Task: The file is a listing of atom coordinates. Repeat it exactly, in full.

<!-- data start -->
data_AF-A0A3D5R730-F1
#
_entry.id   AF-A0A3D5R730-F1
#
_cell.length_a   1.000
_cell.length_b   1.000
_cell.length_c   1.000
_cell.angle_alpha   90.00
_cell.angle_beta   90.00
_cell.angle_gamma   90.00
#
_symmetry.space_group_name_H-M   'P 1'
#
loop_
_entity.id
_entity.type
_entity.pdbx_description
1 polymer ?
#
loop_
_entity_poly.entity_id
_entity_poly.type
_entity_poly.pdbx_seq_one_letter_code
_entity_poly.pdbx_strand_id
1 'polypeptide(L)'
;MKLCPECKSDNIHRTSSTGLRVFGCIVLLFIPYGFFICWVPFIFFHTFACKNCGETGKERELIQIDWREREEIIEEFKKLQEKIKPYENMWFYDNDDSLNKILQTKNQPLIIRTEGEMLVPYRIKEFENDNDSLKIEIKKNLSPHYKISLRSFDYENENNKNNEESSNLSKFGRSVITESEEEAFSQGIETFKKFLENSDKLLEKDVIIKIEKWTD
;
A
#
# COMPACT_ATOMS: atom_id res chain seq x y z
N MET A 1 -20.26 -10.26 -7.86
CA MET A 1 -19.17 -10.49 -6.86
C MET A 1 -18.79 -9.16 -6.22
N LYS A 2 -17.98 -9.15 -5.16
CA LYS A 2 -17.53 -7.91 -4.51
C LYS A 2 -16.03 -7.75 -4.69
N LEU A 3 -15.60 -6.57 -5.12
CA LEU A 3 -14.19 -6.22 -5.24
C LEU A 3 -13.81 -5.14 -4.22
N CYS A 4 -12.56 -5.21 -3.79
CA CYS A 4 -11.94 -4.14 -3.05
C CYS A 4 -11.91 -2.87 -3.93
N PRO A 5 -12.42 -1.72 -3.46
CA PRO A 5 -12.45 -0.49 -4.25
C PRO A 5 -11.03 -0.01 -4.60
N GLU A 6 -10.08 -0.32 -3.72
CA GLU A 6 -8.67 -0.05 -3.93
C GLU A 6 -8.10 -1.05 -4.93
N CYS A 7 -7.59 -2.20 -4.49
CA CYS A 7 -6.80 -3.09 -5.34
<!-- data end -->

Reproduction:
data_AF-A0A3D5R730-F1
#
_entry.id   AF-A0A3D5R730-F1
#
_cell.length_a   1.000
_cell.length_b   1.000
_cell.length_c   1.000
_cell.angle_alpha   90.00
_cell.angle_beta   90.00
_cell.angle_gamma   90.00
#
_symmetry.space_group_name_H-M   'P 1'
#
loop_
_entity.id
_entity.type
_entity.pdbx_description
1 polymer ?
#
loop_
_entity_poly.entity_id
_entity_poly.type
_entity_poly.pdbx_seq_one_letter_code
_entity_poly.pdbx_strand_id
1 'polypeptide(L)'
;MKLCPECKSDNIHRTSSTGLRVFGCIVLLFIPYGFFICWVPFIFFHTFACKNCGETGKERELIQIDWREREEIIEEFKKLQEKIKPYENMWFYDNDDSLNKILQTKNQPLIIRTEGEMLVPYRIKEFENDNDSLKIEIKKNLSPHYKISLRSFDYENENNKNNEESSNLSKFGRSVITESEEEAFSQGIETFKKFLENSDKLLEKDVIIKIEKWTD
;
A
#
# COMPACT_ATOMS: atom_id res chain seq x y z
N MET A 1 -20.26 -10.26 -7.86
CA MET A 1 -19.17 -10.49 -6.86
C MET A 1 -18.79 -9.16 -6.22
N LYS A 2 -17.98 -9.15 -5.16
CA LYS A 2 -17.53 -7.91 -4.51
C LYS A 2 -16.03 -7.75 -4.69
N LEU A 3 -15.60 -6.57 -5.12
CA LEU A 3 -14.19 -6.22 -5.24
C LEU A 3 -13.81 -5.14 -4.22
N CYS A 4 -12.56 -5.21 -3.79
CA CYS A 4 -11.94 -4.14 -3.05
C CYS A 4 -11.91 -2.87 -3.93
N PRO A 5 -12.42 -1.72 -3.46
CA PRO A 5 -12.45 -0.49 -4.25
C PRO A 5 -11.03 -0.01 -4.60
N GLU A 6 -10.08 -0.32 -3.72
CA GLU A 6 -8.67 -0.05 -3.93
C GLU A 6 -8.10 -1.05 -4.93
N CYS A 7 -7.59 -2.20 -4.49
CA CYS A 7 -6.80 -3.09 -5.34